Canada's TC Energy, a leading North American energy company based in Calgary, Canada and operator of the infamous Keystone Oil Pipeline, said over the weekend that it had shut the 622,000 barrel-per-day (bpd) pipeline because of a tar sands oil spill.
The probability of the Keystone spilling tar sands oil, the dirtiest fossil fuel on the planet, was the principal reason why the Biden Administration voted down the expansion of Keystone to transport 830,000 bpd to refineries on the Gulf Coast of Texas at the beginning of its term in office in 2000.
Keystone is the primary artery shipping the crude from Alberta to refiners in the U.S. Midwest and the Gulf Coast, and also sends barrels to the U.S. hub in Cushing, Oklahoma.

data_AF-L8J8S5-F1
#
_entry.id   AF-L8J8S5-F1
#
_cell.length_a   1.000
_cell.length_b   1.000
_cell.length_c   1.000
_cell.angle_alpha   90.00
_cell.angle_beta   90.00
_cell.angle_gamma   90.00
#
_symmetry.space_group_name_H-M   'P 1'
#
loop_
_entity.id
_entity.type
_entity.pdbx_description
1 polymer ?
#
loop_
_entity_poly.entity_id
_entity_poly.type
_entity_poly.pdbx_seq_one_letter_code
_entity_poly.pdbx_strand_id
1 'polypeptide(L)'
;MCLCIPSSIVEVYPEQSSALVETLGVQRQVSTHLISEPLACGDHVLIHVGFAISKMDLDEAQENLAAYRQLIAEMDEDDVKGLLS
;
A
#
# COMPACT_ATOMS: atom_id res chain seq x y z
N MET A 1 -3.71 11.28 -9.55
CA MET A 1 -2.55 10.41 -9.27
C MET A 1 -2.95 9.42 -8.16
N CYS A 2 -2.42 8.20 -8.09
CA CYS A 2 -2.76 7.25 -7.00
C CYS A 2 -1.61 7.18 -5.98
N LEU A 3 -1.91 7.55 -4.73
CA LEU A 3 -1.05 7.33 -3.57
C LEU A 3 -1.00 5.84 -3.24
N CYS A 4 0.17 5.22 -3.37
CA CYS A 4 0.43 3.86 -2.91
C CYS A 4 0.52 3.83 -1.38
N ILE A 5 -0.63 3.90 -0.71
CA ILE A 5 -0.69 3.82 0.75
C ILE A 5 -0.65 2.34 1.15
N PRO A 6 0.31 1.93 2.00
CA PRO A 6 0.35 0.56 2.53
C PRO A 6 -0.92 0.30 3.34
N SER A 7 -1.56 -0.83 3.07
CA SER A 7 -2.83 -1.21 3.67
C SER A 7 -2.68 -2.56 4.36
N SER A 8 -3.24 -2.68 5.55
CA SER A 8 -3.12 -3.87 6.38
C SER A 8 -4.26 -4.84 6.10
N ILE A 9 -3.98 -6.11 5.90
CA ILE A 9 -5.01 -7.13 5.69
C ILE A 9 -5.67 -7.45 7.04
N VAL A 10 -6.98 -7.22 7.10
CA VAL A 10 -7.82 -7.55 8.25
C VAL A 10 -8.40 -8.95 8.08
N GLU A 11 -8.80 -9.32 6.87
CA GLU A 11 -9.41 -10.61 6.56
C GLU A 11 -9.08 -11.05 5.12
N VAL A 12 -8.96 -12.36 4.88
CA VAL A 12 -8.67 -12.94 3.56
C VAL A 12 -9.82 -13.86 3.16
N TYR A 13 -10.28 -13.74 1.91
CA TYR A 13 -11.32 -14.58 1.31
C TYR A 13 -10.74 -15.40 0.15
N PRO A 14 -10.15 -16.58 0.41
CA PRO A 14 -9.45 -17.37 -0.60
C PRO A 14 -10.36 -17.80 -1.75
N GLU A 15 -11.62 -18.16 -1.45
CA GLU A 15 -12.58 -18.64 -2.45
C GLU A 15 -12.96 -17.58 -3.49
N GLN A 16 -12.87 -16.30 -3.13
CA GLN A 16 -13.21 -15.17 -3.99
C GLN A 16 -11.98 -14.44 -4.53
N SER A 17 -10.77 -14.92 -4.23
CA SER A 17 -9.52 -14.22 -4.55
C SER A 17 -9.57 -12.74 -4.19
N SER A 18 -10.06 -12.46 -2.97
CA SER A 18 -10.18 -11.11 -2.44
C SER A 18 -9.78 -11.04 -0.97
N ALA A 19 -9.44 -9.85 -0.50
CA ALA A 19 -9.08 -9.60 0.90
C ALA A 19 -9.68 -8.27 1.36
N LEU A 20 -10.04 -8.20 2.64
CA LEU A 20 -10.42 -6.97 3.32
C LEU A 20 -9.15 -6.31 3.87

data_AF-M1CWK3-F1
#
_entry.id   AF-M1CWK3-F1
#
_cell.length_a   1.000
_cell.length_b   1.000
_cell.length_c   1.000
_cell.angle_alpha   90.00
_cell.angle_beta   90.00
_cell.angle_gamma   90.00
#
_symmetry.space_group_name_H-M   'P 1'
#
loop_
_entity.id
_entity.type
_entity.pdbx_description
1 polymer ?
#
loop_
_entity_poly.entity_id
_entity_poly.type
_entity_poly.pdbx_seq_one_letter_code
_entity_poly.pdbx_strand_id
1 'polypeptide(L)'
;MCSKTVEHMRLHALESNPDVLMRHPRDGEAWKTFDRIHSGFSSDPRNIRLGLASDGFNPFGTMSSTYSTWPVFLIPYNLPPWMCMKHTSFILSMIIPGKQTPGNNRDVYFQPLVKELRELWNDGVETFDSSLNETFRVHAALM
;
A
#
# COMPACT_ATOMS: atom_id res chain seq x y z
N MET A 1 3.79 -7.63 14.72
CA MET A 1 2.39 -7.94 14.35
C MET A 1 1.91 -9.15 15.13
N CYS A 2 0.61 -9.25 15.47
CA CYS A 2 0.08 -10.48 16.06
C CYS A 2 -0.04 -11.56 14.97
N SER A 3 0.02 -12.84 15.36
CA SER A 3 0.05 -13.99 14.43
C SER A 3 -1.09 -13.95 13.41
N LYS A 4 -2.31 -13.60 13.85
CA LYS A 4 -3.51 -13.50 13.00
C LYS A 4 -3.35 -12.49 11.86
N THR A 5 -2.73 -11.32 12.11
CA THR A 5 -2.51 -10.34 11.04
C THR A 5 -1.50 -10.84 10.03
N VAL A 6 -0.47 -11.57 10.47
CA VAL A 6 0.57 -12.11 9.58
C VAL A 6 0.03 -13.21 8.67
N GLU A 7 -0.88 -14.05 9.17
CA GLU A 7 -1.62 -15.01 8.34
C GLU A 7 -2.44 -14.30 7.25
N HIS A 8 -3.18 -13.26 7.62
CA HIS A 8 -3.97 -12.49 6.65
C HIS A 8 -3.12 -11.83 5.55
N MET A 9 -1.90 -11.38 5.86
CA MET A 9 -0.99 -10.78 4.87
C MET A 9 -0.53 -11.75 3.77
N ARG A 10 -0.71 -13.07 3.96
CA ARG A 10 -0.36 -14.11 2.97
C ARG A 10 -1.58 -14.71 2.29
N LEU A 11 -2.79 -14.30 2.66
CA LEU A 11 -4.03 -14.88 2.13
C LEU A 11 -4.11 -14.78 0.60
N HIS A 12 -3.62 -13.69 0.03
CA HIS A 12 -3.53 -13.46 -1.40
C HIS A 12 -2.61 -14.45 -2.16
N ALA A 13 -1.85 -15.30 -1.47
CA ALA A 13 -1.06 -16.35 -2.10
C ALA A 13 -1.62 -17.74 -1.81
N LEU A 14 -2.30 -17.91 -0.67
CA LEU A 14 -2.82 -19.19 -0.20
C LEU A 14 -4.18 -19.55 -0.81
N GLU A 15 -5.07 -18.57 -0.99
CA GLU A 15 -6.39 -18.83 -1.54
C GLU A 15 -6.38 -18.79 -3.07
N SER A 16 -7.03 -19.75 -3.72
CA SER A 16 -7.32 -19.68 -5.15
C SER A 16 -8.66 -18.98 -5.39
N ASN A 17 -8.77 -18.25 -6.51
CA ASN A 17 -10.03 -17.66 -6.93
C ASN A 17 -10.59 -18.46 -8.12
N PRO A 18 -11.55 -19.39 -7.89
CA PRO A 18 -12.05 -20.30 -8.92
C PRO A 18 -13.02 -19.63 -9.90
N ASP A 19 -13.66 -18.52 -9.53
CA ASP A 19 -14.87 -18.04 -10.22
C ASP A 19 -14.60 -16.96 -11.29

The size of the leak, which occurred about 20 miles south of a key junction in Steele City, Nebraska, has been estimated by TC Energy at 14 000 barrels, which would make this the largest in Keystone's history.
U.S. Pipeline And Hazardous Materials Safety Administration (PHMSA) personnel have been deployed to the site to investigate the leak near Washington, Kansas, a town of about 1,000 people.
On 15 November the company announced it would curtail volumes on the pipeline due to some severe weather-related incidents without specifying the size or duration of the curbs.